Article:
Liamardo’s music is a fusion of different genres, blending rock, pop, and folk elements. Inspired by gothic and emotional genres, he weaves difficult emotions together into songs that can be bleak yet always hopeful, inspiring courage. His songs feature catchy melodies, heartfelt lyrics, and a unique sound described as “full contact music.” The ideas explored in his music are not purely fact or fiction but have some semblance of both. Ultimately, all of his songs are love songs in one sense or another.
Can you tell us about the inspiration behind your new album?
This new album, Oh Fool, came to me when I had a realization that a lot of my ideas about life and music were leading me in the wrong direction. When I was writing and recording the album I was in a really dark place and having a lot of mental health struggles and, although in a way the process was cathartic, it was also a very foolish attempt to embrace my darkness. I realized that the album was basically a fool’s journey through Hell and that is ultimately what inspired the concept.
How has your music evolved since your last album?
My last album, Mara, was a lot more industrial. It was an album in which I was exploring a sort of robotic idea of love and going through a very codependent mindset. I think Oh Fool is a lot more liberated and independent, although it is also darker in many ways. I like to think of Mara as more of a prayer and Oh Fool as more of a journey.
As far as musically, I think this new album is a bit more polished than the last album. It emphasizes the vocal performances more and experiments with some harmonies and varying song structures. I felt like the music was a departure in the vocal performances particularly.
Which track on the album is your personal favorite and why?
My favorite track is probably Oh Paris and Cerberus, the closer and opener respectively. Oh Paris is a hopeful track about longing for another life—a fantasy that I’ve had for a long time. I really enjoyed writing the chorus for that song and feel like it’s a very happy, hopeful tune. Cerberus is much darker but I really like it as an opener as it sets the tone for the journey of the album. Also, I’m really satisfied with the groove.
Can you describe the creative process behind the making of this album?
There isn’t any linear process for me when it comes to writing. It’s always very organic and just sort of forms in my mind in bits and pieces until I feel like something finished emerges. I will say that a lot of the songs were either written late at night in a sort of frenzied, hopeless state or in the morning in a peaceful frame of mind. I think the dichotomy really gets across the idea of the album—expressing the highs and lows of foolishness and pain.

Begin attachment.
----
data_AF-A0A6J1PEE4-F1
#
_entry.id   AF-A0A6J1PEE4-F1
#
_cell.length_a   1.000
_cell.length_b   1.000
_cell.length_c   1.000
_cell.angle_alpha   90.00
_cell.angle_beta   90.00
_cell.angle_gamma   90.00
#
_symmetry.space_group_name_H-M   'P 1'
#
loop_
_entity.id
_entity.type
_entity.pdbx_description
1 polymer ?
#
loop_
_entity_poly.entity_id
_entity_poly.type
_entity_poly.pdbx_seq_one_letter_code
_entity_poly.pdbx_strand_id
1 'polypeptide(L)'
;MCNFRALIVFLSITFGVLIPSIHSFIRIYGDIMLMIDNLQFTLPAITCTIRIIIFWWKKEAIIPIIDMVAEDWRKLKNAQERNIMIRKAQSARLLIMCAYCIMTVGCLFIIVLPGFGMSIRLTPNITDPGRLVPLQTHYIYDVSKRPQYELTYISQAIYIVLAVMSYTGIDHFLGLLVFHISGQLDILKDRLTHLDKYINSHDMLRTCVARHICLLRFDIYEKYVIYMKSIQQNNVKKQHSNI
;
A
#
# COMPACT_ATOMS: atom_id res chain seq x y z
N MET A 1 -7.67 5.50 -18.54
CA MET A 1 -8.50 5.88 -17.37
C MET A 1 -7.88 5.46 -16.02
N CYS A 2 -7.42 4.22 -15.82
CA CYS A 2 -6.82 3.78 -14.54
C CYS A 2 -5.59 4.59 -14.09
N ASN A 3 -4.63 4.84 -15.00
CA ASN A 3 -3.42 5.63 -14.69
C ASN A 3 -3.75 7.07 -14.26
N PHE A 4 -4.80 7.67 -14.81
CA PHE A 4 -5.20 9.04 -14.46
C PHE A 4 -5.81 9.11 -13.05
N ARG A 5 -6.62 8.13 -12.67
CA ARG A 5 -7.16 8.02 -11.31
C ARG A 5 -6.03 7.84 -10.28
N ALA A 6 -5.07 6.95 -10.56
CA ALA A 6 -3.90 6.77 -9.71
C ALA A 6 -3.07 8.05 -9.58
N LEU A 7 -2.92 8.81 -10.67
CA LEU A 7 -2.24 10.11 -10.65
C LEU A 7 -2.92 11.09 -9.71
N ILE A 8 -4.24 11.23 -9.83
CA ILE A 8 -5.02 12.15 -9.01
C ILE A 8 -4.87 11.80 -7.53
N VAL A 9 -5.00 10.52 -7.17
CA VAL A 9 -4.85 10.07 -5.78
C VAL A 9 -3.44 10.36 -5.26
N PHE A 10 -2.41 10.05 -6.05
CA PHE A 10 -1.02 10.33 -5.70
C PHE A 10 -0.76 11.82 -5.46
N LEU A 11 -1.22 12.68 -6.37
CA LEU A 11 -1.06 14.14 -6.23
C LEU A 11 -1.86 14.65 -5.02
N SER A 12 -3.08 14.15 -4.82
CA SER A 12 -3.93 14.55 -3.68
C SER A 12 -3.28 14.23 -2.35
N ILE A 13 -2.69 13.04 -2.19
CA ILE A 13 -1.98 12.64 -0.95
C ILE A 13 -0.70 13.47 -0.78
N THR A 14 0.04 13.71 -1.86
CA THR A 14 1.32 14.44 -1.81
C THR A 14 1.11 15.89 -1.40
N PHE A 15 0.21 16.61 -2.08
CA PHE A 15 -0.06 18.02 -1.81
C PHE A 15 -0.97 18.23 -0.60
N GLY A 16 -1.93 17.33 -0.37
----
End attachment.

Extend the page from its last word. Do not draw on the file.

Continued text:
What was your biggest challenge while creating this album?
The biggest challenge was probably production. I’m still struggling to create drum sounds that I’m satisfied with so I always feel a bit disappointed by those limitations. I think that my next album will have an even more polished sound and the drums will be a lot more dynamic as well.
How do you balance your personal life with your music?
I struggle with mental illness—I was diagnosed with schizoaffective disorder a few years ago—so music is really a very healthy outlet to deal with some of the pain that comes from that. Sometimes music completely consumes my life, and in those times it’s unfortunate but it’s my passion so I guess that’s just the way it is.
Can you give us a sneak peek into your future plans for your music?
I want to assemble a band at some point and play live, however, right now I’m really focusing on just writing and recording meaningful songs that I’m proud of. So far I’ve written and recorded about 7 albums and each one of them means so much to me. In a way, they chronicle my life and my struggles so it’s also nice to have them to look back on and think about where I’ve come from. As far as my next album, I’m really interested in exploring more experimental recording techniques and making something with a lot of different textures. Something very visceral. However, like I said before, it’s always a very natural process so it really just depends on what happens in life and what inspires me in the future.
How have your experiences as a musician influenced your personal growth and development?
I think writing music consistently forces you to constantly reflect and look inward at your motivations and morals. I can say that having music as an outlet for so long in my life has undoubtedly made me a much better person. It gives you confidence, it helps you get to know yourself, and it helps you find your authenticity even when it’s not something that others necessarily admire or approve of. It’s like a little flame that’s always burning in me that drives me to keep diving deeper and searching for more.